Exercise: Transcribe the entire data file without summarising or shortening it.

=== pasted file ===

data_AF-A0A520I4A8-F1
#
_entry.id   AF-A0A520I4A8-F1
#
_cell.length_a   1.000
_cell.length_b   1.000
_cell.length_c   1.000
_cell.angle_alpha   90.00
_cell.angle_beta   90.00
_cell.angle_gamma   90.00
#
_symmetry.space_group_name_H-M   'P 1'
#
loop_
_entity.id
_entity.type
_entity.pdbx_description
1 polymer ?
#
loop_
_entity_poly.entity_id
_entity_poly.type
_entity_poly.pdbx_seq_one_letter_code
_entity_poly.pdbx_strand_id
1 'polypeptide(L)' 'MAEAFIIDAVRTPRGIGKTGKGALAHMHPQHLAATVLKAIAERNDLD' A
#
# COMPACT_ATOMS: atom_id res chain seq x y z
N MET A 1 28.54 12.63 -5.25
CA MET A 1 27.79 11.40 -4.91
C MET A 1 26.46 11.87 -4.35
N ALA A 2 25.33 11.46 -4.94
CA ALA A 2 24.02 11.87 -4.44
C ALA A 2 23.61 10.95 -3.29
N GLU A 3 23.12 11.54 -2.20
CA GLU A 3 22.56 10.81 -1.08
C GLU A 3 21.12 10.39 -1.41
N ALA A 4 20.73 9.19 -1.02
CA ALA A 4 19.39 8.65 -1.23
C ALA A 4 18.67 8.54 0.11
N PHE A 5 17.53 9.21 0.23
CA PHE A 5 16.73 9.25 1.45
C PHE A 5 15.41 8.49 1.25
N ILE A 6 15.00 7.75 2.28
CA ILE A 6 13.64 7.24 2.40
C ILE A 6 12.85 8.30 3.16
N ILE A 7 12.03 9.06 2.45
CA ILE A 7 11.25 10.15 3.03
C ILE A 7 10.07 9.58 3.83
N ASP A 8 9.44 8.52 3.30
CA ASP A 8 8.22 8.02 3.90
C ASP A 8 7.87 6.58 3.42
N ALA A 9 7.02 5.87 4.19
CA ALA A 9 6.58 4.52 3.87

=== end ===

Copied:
data_AF-A0A520I4A8-F1
#
_entry.id   AF-A0A520I4A8-F1
#
_cell.length_a   1.000
_cell.length_b   1.000
_cell.length_c   1.000
_cell.angle_alpha   90.00
_cell.angle_beta   90.00
_cell.angle_gamma   90.00
#
_symmetry.space_group_name_H-M   'P 1'
#
loop_
_entity.id
_entity.type
_entity.pdbx_description
1 polymer ?
#
loop_
_entity_poly.entity_id
_entity_poly.type
_entity_poly.pdbx_seq_one_letter_code
_entity_poly.pdbx_strand_id
1 'polypeptide(L)' 'MAEAFIIDAVRTPRGIGKTGKGALAHMHPQHLAATVLKAIAERNDLD' A
#
# COMPACT_ATOMS: atom_id res chain seq x y z
N MET A 1 28.54 12.63 -5.25
CA MET A 1 27.79 11.40 -4.91
C MET A 1 26.46 11.87 -4.35
N ALA A 2 25.33 11.46 -4.94
CA ALA A 2 24.02 11.87 -4.44
C ALA A 2 23.61 10.95 -3.29
N GLU A 3 23.12 11.54 -2.20
CA GLU A 3 22.56 10.81 -1.08
C GLU A 3 21.12 10.39 -1.41
N ALA A 4 20.73 9.19 -1.02
CA ALA A 4 19.39 8.65 -1.23
C ALA A 4 18.67 8.54 0.11
N PHE A 5 17.53 9.21 0.23
CA PHE A 5 16.73 9.25 1.45
C PHE A 5 15.41 8.49 1.25
N ILE A 6 15.00 7.75 2.28
CA ILE A 6 13.64 7.24 2.40
C ILE A 6 12.85 8.30 3.16
N ILE A 7 12.03 9.06 2.45
CA ILE A 7 11.25 10.15 3.03
C ILE A 7 10.07 9.58 3.83
N ASP A 8 9.44 8.52 3.30
CA ASP A 8 8.22 8.02 3.90
C ASP A 8 7.87 6.58 3.42
N ALA A 9 7.02 5.87 4.19
CA ALA A 9 6.58 4.52 3.87